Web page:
Pteridaceae (Brake family)
Description: A specimen of this deciduous perennial fern consists of a much-branched bipinnate leaf and its petiole. This compound leaf is 6-24" across and nearly as long; it is held more or less horizontal to the ground. In outline, this leaf is reniform (kidney-shaped) or fan-shaped in outline; it has pinnae (leafy stalks) radiating in all directions. The petiole is 6-18" tall; it is black or dark brown, wiry, glabrous, and erect. The petiole divides into two major branches that widely diverge from each other. Along one side of each branch, there are several straight pinnae; they are odd-pinnate. These pinnae are up to 12" long and 2" across; they have 4-24 pairs of leaflets and single terminal leaflets. The central stalks of the pinnae are black or dark brown, wiry, and glabrous. The non-terminal leaflets are arranged alternately to nearly opposite along each stalk on short petiolules; they are medium green and glabrous. The non-terminal leaflets are up to 1" long and ½" across; they are plume-shaped. One side of each non-terminal leaflet is smooth and slightly curved, while the other side is shallowly cleft and crenate-dentate.
The terminal leaflets are up to ¾" long and ¾" across; they are fan-shaped. The lateral sides of each terminal leaflet are smooth and straight, while the outer side is shallowly cleft and crenate-dentate. The larger lobes of both non-terminal and terminal leaflet have rounded or truncate tips. The sporangia (spore-bearing structures) are located near the lobed tips of the leaflets on their undersides. Each of these leaflet tips folds downward and partially covers its sporangia; these small sporangia are arranged together in a narrow band. The spores are produced and released during the summer or fall; they are distributed by the wind. The root system is fibrous and rhizomatous. Small clonal colonies of plants are often produced from the long slender rhizomes.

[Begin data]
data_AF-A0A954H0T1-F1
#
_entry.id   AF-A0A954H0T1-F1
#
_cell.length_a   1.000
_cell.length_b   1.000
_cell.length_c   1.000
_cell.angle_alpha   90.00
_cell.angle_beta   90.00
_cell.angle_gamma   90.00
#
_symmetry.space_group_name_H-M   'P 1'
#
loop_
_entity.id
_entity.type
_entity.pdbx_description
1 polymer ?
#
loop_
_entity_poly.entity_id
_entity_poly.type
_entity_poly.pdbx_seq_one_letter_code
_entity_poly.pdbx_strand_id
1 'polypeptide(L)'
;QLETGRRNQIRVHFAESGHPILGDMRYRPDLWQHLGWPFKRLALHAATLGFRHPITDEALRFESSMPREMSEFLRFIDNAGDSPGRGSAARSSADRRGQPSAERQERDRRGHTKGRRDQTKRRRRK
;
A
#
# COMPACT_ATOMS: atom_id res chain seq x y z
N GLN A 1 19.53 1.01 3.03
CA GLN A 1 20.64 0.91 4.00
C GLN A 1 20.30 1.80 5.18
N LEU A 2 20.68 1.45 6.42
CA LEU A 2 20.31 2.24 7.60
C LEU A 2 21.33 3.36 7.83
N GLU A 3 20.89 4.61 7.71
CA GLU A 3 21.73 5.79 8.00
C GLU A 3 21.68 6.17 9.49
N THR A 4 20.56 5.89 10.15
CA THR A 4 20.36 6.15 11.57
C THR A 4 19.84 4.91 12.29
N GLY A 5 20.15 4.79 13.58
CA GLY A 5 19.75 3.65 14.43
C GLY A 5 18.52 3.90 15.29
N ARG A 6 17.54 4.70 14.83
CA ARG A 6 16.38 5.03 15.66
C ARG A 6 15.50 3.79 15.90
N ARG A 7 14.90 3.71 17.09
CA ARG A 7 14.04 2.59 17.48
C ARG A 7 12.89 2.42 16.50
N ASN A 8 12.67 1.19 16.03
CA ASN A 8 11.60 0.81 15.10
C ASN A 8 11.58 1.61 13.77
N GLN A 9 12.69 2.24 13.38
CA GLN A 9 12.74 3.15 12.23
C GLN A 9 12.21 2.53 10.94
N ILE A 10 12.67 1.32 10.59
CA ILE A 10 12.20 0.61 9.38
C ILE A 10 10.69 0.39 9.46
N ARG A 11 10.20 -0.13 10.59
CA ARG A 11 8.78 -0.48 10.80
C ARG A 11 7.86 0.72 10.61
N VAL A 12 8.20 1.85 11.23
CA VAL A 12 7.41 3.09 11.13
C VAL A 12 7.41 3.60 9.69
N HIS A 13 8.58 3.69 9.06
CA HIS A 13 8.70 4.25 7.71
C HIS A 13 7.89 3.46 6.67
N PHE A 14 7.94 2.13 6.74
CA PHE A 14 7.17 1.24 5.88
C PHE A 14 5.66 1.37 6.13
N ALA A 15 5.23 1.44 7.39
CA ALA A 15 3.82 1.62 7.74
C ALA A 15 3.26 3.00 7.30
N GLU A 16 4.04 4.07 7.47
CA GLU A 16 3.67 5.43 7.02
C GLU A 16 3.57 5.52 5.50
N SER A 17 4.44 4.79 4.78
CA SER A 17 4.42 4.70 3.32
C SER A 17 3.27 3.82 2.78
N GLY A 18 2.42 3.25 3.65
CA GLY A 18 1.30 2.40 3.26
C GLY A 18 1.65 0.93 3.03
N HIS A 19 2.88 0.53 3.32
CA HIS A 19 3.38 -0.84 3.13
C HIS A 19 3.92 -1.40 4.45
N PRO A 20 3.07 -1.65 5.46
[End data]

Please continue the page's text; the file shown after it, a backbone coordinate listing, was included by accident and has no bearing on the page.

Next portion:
Cultivation: The preference is light shade, moist to mesic conditions, and pockets of loose fertile loam with an abundance of decaying leaf litter. This fern likes high humidity and it should be located in a shaded area that is protected from the wind.
Range & Habitat: The native Maidenhair Fern is occasional throughout Illinois; it has been found in every county of the state (Distribution Map). However, this fern appears to be less abundant than it was in the past. Habitats include rich deciduous woodlands, rocky wooded slopes, and shaded ravines where limestone or sandstone is close to the ground surface. This fern is found in higher quality woodlands where the original ground flora is largely intact.
Faunal Associations: Information about floral-faunal relationships is limited. Two aphids, Macrosiphum adianti and Papulaphis sleesmani, suck plant juices from this fern. It has been reported that White-Tailed Deer don't browse on its fronds (Augustine, 1997), which may be an indication of their toxicity.
Photographic Location: Along the wooded slope of a sandstone ravine at Shades State Park in west-central Indiana, and a deciduous woodland at Walnut Point State Park in east-central Illinois.
Comments: This is one of the more distinctive and beautiful ferns in the state. A close relative is Adiantum capillus-veneris (Venus Hair Fern), which is located in areas south of Illinois. The central stalk (main rachis) of this latter species is branched on both sides; these side stalks are quite short and they have only a few leaflets each. The leaflets of this fern are all fan-shaped, rather than plume-shaped. Sometimes Adiantum pedatum is referred to as the Northern Maidenhair Fern, while Adiantum capillus-veneris is referred to as the Southern Maidenhair Fern.